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Removing a WIFI-network in Windows 8

Posted on April 1, 2014

After having to look this up a third time, I found . I made a copy here.
In short, Microsoft fucked up and you're left with the command line to do this, unless the wireless network is in range.

The following commands list all the WIFI networks you have stored, and removes the one called "Old Network":

netsh wlan show profiles
netsh wlan delete profile name="Old Network"

 

See Vonnie's blog for more details.

Shrinking a vmdk with VMware Player

Posted on March 2, 2014

It seems VMware has removed the GUI for the disk shrink feature in VMware Tools, but the good news is it's still available from the console.
The following command will shrink the disk image for drive C:
C:\Program Files\VMware\VMware Tools\VMwareToolboxCmd.exe disk shrink c:\

Logging out of a samba file server

Posted on December 3, 2013

When changing your password on a samba (Linux) server, the tokens a Windows machine holds get invalidated, yet Windows does not automatically prompt for new credentials. Instead, it consistently says "access denied" when trying to access a previously available share, say, \\myfineserver\share

If you previously mapped this drive, disconnecting is trivial in explorer, but if you browsed the network to access this drive, it's not that straight forward.

There is a solution, however, which is roughly equivalent to nuking the site from orbit. Running the following commands will clear all current network credentials:

net use * /del /yes
net use /persistent:no

Disable screensaver in default desktop Raspbian installation

Posted on September 26, 2013

The simplest way I've found so far:
Edit /etc/xdg/lxsession/LXDE/autostart to append:
@xset -s off
@xset -dpkm
@xset s noblank

Filed under: Linux, Reference No Comments

Creating persistent SSH tunnels in Windows using autossh

Posted on July 3, 2013
  1. Download Cygwin (http://www.cygwin.com/)
  2. Install Cygwin, selecting the autossh package.
  3. Start the Cygwin shell (Start -> Programs -> Cygwin).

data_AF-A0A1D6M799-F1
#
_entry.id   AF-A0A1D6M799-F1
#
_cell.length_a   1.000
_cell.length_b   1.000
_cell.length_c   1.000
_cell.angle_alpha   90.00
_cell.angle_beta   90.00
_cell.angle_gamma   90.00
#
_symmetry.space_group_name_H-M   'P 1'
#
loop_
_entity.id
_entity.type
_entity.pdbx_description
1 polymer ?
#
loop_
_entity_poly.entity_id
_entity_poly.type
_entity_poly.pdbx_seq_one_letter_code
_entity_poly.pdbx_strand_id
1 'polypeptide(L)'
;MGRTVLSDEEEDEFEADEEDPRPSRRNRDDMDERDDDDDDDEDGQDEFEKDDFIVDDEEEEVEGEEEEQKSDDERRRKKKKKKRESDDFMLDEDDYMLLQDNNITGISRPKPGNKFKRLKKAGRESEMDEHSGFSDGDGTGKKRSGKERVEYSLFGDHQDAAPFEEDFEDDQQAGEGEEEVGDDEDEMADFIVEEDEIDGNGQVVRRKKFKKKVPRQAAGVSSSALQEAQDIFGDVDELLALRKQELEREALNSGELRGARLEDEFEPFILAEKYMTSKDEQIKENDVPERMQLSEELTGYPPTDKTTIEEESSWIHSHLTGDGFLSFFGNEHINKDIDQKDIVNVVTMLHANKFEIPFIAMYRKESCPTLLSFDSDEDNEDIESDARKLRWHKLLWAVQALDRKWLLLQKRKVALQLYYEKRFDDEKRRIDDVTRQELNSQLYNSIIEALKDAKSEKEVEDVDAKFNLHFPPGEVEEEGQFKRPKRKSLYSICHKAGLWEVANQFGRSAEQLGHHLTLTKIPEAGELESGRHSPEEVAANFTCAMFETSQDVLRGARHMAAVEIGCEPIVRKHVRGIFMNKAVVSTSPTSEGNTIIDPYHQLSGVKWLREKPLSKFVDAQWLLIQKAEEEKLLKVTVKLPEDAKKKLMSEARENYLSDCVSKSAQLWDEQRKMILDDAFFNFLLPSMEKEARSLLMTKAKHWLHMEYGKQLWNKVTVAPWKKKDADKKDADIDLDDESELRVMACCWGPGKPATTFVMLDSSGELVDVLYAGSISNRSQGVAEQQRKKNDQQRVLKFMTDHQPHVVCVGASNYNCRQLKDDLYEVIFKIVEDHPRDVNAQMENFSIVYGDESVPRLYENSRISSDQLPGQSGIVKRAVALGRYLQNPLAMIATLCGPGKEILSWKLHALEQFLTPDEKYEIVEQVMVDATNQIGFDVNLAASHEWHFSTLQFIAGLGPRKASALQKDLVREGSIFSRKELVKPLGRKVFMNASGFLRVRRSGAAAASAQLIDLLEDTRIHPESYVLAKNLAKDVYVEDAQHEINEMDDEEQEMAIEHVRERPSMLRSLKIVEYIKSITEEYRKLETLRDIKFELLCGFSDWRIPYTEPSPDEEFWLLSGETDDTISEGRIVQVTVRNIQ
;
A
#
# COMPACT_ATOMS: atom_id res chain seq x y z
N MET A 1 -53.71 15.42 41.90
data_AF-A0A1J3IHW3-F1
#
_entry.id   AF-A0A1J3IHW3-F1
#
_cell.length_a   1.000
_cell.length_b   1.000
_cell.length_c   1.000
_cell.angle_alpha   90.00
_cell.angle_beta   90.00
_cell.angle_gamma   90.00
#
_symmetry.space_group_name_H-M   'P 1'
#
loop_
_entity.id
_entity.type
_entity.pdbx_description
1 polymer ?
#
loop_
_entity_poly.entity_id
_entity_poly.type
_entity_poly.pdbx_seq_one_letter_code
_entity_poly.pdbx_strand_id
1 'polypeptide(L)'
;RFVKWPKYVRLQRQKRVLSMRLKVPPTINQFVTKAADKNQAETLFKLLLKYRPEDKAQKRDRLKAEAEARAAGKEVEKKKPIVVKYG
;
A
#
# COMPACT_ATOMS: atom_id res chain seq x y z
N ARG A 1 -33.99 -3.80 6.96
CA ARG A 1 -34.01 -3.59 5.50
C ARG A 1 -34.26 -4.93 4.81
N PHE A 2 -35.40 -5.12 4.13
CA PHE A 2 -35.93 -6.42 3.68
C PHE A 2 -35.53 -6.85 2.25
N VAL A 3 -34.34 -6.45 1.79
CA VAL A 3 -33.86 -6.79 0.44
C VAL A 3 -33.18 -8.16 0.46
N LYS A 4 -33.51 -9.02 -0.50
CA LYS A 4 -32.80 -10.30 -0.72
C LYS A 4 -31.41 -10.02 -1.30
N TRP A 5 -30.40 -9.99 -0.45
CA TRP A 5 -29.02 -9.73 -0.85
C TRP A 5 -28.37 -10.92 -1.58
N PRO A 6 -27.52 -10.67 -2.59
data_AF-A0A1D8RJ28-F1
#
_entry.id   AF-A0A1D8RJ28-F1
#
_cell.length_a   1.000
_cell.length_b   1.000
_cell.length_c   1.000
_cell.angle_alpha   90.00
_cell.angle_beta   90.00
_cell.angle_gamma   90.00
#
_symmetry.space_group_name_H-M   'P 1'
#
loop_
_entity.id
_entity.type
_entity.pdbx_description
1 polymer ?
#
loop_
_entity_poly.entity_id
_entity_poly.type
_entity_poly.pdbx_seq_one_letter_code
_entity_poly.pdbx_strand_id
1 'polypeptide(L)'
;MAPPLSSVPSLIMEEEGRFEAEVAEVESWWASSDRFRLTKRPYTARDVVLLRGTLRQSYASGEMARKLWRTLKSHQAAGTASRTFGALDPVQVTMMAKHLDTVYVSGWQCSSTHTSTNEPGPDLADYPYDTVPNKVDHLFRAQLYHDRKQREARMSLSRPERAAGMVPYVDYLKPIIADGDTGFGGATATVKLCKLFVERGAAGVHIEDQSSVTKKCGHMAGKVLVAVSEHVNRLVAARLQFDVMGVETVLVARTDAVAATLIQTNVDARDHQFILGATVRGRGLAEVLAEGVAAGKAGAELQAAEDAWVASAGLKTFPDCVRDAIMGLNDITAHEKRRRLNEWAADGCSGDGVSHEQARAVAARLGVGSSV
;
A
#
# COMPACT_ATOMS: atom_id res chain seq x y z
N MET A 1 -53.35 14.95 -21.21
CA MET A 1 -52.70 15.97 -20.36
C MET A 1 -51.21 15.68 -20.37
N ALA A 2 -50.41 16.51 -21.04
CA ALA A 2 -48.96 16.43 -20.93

4. Generate a public/private key pair.
    1. At the command line, run: ssh-keygen
    2. Accept the default file locations
    3. Use an empty passphrase
  5. Copy your newly-created public key to the SSH server.
    1. scp .ssh/id_rsa.pub user@ssh.host.name:id_rsa.pub
  6. Add your public key to your list of authorized keys on the server.
    1. Login to your SSH server.
    2. mkdir .ssh
    3. cat id_rsa.pub >> .ssh/authorized_keys
  7. Test your key.
    1. Logout of your SSH sever.
    2. Login to your SSH server again. This time, your key will be used for authentication and you won't be challenged for your login credentials. If you are not logged in automatically, review the previous steps. Or contact your server administrator.
    3. Logout of your SSH server.
    4. Exit of the Cygwin shell.
  8. Install autossh as a Windows service.
    1. Now back in Windows, open a new command Window (Start -> Run -> cmd).
    2. cd C:\cygwin\bin
    3. cygrunsrv -I AutoSSH -p /usr/bin/autossh -a "-M 20000 -L localaddress:port:serveraddress:port user@ssh.host.name" -e AUTOSSH_NTSERVICE=yes
  9. Tweak Windows service settings.
    1. Open the Services management console (Administrative Tools -> Services).
    2. Edit the properties of the AutoSSH service.
    3. In the "Log On" tab, select the "This account" radio button and set the service to run as your current user.
    4. Start the service.
  10. Test your tunnels.
  11. Consider making a scheduled task to start the service every hour or so, in case autossh goes boom.
Filed under: Howto's, Windows No Comments

Running PulseAudio in system mode with TCP listening on Debian Wheezy

Posted on April 21, 2013

On this thin client I've set up, I wanted pulseaudio to run before logging in, and not have any specific users on the machine. System mode was called for.

On Wheezy, pulseaudio is by default configured for per-user sessions. To remedy this, edit /etc/default/pulseaudio, putting PULSEAUDIO_SYSTEM_START=1

Then, edit /etc/pulse/system.pa - this is the file that configures the server when system mode is used, as opposed to /etc/pulse/default.pa. At the end of said file, I added two lines and some comments:

### Enable TCP and CLI
load-module module-native-protocol-tcp port=1500 auth-anonymous=1
load-module module-cli-protocol-unix

 

Please keep in mind that the above tcp line allows access from any host. This is a potential security problem. I restrict access using shorewall and iptables, but an alternative would be the auth-ip-acl option with a list of approved IP's. More here. Restart pulseaudio:

/etc/init.d/pulseaudio start
/etc/init.d/pulseaudio restart

 

The above restart includes "start", because pulseaudio's default script does not start it on "restart" unless it's not already running. Stupid.